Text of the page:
Re: New ultrasound techniques for imaging of the indeterminate testicular lesion may avoid surgery completely.
Department of Radiology, King's College Hospital, Denmark Hill, London SE5 9RS, UKClinical radiology (Impact Factor: 1.65). 06/2010; 65(6):496-7. DOI:10.1016/j.crad.2010.01.016
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ABSTRACT: The aim of this review is to illustrate the potential of different and newer ultrasound techniques, beyond conventional B-mode imaging, including colour Doppler ultrasound, contrast-enhanced ultrasound (CEUS) and tissue elastography in the characterisation of both benign and malignant intratesticular lesion. Normally, testicular malignancies, either primary or secondary, demonstrate an increase in colour Doppler signal. However, there is a diversity of benign testicular lesions that may mimic testicular malignancies. The use of CEUS improves characterisation of testicular lesions, and confirms lack of vascularity in benign abnormalities such as epidermoid cysts, infarctions, abscesses and changes following trauma. Tissue elastography allows further evaluation of the cellular consistency of the abnormality. Familiarity with the appearances seen with these ultrasound techniques in both benign and malignant abnormalities should aid in improving confidence in arriving at the correct diagnosis.The British journal of radiology 06/2012; · 2.11 Impact Factor
Article: Office Ultrasound for the Urologist.[show abstract] [hide abstract]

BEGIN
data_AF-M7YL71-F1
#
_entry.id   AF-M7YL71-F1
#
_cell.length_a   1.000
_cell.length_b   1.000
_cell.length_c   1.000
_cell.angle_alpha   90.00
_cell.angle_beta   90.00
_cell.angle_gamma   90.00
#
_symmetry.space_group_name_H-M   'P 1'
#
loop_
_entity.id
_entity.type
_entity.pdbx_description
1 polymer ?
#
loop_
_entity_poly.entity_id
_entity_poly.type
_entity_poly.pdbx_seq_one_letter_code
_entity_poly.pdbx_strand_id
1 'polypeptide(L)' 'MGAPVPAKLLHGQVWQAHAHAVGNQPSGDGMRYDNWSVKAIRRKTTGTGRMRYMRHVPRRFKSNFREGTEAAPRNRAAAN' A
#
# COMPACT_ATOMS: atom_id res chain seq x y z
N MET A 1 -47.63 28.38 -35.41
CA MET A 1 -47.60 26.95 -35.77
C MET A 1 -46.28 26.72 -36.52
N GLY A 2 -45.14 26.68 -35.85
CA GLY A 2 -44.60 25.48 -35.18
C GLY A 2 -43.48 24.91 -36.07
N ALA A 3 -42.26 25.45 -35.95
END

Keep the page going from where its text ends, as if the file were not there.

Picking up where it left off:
ABSTRACT: Imaging of the genitourinary tract is essential in the workup of the majority of the conditions seen daily by urologists. The use of ultrasound in the office provides a safe, low cost, and efficient way for the clinician to evaluate the patient in real time. Ultrasound can allow for bedside diagnosis in many conditions and assist in treatment planning. This chapter covers the major applications of office ultrasound for the urologist as well as discusses future applications of ultrasound for the office setting.Current Urology Reports 09/2012;
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ABSTRACT: To retrospectively evaluate the clinical outcomes of 20 patients diagnosed with a nonpalpable or small testicular mass (2 cm) at 2 academic urological department. Testis-sparing surgery (TSS) is currently performed routinely for the management of nonpalpable testicular masses. High reliability of frozen section examination (FSE) and high-frequency ultrasound (US) and the adoption of microsurgical techniques improved safety and feasibility of this technique. From January 2004 to March 2011, 23 patients underwent microsurgical TSS. An inguinal approach was performed in 22 cases and a suprapubic incision in one bilateral case. All procedures were performed with an operating microscope, with warm ischemia in 21 cases and cold ischemia in 2 cases. Intraoperative US was performed before opening the albuginea. Mean operative time was 89 minutes. After mass excision, FSE was performed; only 2 seminomatous tumors were identified, and the remaining masses were benign lesions. After a mean follow-up >12 months, all patients are free of disease; no hypogonadism developed. TSS performed using an operating microscope allowed the preservation of testes for 21 patients diagnosed with small testicular and/or nonpalpable mass (<2 cm), without evidence of disease recurrence or de novo onset. This approach could be mandatory in the treatment of bilateral tumors or in solitary testis. Maintaining fertility is not the main goal of TSS because a great number of patients affected by testicular tumors are already infertile. Esthetic outcomes and sparing hormonal function are the main reasons for TSS.Urology 04/2012; 79(4):858-62. · 2.42 Impact Factor
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